Best strategy: Check your bill every day
All you need is five minutes a day to focus on the non-sexy topic of your onboard spending fees, and then you can go back to playing in the sun and ignoring reality on your vacation. These five minutes can save you time, money and headaches on or after the last day of your cruise.
Technology makes it extremely easy to check your files on board. Download the cruise line’s app and you can usually see your fares there. Ships with interactive cabin TVs also offer a way to check your bill from your room. If all else fails, you can go to guest services to request a copy – look for a time when the queue is short and you won’t be eaten up in the day.
In most cases, a quick look will ensure that all charges are correct and you can get back to your holiday fun. If you notice a problem, you can take care of it when it’s convenient that day, instead of everyone standing in line to dispute their bill with guest services.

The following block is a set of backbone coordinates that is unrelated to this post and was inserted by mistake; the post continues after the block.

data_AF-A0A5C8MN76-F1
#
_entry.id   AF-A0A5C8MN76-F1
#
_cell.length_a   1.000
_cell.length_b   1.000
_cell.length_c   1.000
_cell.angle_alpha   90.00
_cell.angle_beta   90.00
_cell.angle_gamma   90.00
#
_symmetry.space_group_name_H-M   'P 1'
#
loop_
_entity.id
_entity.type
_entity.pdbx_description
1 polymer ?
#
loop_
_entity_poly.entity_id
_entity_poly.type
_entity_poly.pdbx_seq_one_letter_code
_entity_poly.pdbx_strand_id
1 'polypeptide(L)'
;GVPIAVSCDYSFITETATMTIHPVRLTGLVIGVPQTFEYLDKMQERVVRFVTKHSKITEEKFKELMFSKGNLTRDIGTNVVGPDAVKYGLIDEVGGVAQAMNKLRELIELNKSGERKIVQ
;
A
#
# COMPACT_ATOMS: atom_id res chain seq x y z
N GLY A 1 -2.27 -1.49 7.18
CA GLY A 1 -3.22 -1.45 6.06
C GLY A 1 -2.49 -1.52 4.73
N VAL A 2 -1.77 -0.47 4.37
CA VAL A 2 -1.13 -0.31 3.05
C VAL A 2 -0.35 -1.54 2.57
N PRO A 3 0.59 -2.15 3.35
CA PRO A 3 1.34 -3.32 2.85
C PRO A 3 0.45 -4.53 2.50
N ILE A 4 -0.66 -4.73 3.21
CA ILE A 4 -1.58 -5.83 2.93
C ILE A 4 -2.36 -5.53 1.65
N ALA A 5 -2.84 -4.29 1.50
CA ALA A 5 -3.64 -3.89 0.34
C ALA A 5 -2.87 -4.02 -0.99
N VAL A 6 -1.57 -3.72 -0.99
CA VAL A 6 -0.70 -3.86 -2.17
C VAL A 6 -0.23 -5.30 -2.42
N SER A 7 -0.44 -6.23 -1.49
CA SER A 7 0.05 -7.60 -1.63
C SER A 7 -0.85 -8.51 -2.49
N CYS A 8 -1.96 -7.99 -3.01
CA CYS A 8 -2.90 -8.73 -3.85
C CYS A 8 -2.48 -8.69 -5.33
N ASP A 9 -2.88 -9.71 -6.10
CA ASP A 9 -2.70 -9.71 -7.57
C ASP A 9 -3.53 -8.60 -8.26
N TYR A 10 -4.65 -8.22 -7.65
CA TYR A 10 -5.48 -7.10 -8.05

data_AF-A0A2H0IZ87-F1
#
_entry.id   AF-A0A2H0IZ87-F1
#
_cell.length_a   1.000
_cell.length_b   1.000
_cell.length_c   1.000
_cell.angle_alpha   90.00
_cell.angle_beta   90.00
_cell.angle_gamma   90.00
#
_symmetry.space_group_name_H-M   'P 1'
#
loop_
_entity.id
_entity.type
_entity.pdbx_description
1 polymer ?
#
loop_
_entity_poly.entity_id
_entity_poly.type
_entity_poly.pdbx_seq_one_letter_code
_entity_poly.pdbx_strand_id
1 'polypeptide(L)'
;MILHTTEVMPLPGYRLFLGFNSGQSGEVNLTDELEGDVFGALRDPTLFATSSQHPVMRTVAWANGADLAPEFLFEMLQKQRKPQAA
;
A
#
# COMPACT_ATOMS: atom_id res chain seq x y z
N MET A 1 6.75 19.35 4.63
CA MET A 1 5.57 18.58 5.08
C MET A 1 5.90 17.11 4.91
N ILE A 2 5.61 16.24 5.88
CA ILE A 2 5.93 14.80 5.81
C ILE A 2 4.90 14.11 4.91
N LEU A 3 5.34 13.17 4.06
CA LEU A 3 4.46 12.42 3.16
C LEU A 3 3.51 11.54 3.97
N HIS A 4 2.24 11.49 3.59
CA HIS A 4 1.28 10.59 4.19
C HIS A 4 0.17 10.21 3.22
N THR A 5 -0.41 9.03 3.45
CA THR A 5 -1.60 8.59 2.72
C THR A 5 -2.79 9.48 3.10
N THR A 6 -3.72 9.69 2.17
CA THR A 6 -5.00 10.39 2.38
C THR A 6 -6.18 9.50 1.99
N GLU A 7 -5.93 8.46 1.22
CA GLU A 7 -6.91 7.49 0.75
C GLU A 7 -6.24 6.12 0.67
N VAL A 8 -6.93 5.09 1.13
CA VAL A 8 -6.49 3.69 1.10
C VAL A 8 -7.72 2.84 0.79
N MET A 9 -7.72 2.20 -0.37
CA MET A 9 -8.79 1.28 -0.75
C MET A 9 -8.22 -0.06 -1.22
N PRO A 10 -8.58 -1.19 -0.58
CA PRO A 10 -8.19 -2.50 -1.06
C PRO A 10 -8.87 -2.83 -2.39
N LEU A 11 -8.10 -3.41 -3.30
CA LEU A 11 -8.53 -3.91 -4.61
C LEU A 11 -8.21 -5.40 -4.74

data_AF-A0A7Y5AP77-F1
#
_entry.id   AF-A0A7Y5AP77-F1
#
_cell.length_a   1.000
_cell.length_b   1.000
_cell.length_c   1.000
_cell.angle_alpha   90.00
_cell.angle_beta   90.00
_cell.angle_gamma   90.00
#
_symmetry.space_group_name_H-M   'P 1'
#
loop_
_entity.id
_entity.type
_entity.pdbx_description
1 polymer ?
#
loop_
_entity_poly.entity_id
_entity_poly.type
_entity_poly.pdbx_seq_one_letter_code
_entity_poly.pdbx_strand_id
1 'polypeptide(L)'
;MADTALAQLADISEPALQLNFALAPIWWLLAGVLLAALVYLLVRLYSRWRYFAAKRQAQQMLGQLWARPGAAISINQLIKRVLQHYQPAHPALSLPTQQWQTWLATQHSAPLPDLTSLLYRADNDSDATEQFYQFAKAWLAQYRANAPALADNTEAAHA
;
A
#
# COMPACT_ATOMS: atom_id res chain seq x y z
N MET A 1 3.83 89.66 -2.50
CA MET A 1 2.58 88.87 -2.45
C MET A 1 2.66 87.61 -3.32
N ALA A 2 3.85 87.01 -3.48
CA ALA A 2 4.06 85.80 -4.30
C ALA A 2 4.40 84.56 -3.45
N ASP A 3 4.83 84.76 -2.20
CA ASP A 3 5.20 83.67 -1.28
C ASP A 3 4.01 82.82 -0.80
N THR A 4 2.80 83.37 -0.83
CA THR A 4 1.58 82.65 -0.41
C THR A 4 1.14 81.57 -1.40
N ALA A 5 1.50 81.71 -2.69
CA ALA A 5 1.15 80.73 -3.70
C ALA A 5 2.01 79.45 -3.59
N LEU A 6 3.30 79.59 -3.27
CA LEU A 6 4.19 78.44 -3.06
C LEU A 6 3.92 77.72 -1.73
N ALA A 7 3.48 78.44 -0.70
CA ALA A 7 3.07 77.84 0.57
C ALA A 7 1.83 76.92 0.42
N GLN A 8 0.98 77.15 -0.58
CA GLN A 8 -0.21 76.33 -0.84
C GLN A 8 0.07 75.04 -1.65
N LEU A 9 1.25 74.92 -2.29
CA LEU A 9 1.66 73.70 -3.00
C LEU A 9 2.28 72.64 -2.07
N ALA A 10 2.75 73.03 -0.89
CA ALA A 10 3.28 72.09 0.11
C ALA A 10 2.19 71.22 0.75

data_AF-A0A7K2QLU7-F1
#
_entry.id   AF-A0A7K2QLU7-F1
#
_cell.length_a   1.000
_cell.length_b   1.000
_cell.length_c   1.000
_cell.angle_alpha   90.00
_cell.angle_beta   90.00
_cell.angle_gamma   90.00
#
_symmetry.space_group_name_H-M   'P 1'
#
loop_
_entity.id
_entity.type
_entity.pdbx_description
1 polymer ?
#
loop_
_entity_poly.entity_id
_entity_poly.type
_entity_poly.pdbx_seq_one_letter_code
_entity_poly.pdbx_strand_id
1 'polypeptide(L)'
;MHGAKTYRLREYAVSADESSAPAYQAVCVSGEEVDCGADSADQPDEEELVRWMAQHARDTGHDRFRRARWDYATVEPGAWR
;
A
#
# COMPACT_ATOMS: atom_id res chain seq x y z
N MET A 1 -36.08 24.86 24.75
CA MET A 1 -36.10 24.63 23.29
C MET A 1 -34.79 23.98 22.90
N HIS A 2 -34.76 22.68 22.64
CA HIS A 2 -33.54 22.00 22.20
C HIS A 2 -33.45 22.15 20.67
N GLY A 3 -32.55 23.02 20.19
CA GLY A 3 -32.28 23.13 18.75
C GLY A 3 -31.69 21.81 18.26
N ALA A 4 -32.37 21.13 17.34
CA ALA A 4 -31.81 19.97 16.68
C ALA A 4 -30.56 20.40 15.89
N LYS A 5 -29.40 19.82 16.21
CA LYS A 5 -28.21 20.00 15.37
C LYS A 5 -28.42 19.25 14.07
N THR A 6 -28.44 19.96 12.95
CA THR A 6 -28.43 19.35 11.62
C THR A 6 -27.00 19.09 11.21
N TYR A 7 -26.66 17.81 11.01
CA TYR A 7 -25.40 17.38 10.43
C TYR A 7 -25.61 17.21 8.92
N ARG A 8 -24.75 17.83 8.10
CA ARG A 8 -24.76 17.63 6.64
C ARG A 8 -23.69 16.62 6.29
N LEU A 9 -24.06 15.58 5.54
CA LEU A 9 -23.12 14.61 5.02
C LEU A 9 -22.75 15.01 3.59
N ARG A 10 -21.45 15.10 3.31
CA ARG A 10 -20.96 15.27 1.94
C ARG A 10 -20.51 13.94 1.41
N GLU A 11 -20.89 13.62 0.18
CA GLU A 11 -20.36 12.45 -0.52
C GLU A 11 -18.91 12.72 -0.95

Because even experienced cruisers eventually run into trouble. “Even though I consider myself a pretty smart cruiser, this is a lesson that will stay with me,” says Jamie. “What I like about cruising is that I can pay for everything in advance and I don’t have to think about money for the whole vacation. The trade-off for not thinking about money on this cruise is now that I have to think about it for the future. some months after I fix this.”
“For ours [next] cruise, I’m planning to set reminders on my phone to check the bill every evening and hit the porter on our way to breakfast every morning. These 10 minutes a day will save me a lot of time after I get to the ground and maybe keep the vacation feeling longer.”